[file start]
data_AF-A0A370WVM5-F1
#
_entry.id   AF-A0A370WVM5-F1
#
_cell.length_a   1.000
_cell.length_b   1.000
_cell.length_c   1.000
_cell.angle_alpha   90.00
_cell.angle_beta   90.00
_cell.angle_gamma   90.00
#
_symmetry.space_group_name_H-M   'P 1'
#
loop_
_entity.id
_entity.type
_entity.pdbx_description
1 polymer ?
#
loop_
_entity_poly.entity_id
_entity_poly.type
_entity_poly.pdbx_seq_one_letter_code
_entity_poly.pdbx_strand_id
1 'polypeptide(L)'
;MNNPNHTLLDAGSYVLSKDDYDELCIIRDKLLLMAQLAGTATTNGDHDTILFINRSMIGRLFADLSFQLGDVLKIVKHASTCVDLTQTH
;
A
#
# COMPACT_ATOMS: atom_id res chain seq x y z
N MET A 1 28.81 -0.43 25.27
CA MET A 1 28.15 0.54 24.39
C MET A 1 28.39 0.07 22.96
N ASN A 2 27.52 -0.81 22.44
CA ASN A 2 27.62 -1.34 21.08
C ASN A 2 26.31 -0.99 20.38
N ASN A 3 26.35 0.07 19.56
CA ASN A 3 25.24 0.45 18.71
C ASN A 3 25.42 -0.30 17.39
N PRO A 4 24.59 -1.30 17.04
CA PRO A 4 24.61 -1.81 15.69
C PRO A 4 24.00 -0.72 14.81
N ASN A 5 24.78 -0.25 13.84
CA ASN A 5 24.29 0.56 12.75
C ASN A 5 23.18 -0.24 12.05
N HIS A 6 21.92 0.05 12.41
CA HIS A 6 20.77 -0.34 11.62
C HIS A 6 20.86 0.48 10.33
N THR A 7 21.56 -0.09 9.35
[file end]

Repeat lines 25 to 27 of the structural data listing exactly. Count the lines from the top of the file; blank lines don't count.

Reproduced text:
1 'polypeptide(L)'
;MNNPNHTLLDAGSYVLSKDDYDELCIIRDKLLLMAQLAGTATTNGDHDTILFINRSMIGRLFADLSFQLGDVLKIVKHASTCVDLTQTH
;